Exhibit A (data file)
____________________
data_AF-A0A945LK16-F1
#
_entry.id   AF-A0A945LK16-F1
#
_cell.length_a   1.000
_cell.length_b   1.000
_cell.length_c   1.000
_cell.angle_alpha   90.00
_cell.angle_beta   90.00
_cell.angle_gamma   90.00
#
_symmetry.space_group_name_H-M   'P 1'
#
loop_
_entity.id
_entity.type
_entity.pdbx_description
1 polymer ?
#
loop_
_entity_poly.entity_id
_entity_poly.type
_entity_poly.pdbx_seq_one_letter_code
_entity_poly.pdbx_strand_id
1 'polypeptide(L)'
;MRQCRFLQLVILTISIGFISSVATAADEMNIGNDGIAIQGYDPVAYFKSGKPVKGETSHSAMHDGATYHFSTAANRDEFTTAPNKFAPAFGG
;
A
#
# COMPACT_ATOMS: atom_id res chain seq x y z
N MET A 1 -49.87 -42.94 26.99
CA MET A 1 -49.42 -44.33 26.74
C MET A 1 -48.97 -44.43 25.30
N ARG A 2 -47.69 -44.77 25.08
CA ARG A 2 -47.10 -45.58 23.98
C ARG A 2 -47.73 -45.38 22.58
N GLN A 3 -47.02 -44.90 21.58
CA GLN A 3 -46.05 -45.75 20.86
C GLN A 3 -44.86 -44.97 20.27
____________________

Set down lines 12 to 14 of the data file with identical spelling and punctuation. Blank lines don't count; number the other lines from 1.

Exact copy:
_symmetry.space_group_name_H-M   'P 1'
#
loop_